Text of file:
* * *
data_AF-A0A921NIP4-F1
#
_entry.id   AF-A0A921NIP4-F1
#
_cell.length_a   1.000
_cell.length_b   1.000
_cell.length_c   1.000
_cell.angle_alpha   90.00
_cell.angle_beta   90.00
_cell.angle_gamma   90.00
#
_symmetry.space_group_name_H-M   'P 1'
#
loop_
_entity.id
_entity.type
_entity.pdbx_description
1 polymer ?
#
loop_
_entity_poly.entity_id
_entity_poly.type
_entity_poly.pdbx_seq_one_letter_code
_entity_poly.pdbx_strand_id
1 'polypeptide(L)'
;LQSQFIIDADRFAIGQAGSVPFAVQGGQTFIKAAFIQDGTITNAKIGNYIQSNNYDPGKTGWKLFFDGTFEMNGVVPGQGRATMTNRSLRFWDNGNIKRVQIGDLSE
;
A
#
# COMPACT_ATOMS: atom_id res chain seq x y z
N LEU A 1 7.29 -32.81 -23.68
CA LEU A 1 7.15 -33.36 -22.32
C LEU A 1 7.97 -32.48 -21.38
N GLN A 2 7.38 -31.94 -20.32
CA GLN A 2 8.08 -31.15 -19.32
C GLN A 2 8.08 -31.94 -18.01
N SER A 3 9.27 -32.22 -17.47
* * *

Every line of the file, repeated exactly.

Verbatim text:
data_AF-A0A921NIP4-F1
#
_entry.id   AF-A0A921NIP4-F1
#
_cell.length_a   1.000
_cell.length_b   1.000
_cell.length_c   1.000
_cell.angle_alpha   90.00
_cell.angle_beta   90.00
_cell.angle_gamma   90.00
#
_symmetry.space_group_name_H-M   'P 1'
#
loop_
_entity.id
_entity.type
_entity.pdbx_description
1 polymer ?
#
loop_
_entity_poly.entity_id
_entity_poly.type
_entity_poly.pdbx_seq_one_letter_code
_entity_poly.pdbx_strand_id
1 'polypeptide(L)'
;LQSQFIIDADRFAIGQAGSVPFAVQGGQTFIKAAFIQDGTITNAKIGNYIQSNNYDPGKTGWKLFFDGTFEMNGVVPGQGRATMTNRSLRFWDNGNIKRVQIGDLSE
;
A
#
# COMPACT_ATOMS: atom_id res chain seq x y z
N LEU A 1 7.29 -32.81 -23.68
CA LEU A 1 7.15 -33.36 -22.32
C LEU A 1 7.97 -32.48 -21.38
N GLN A 2 7.38 -31.94 -20.32
CA GLN A 2 8.08 -31.15 -19.32
C GLN A 2 8.08 -31.94 -18.01
N SER A 3 9.27 -32.22 -17.47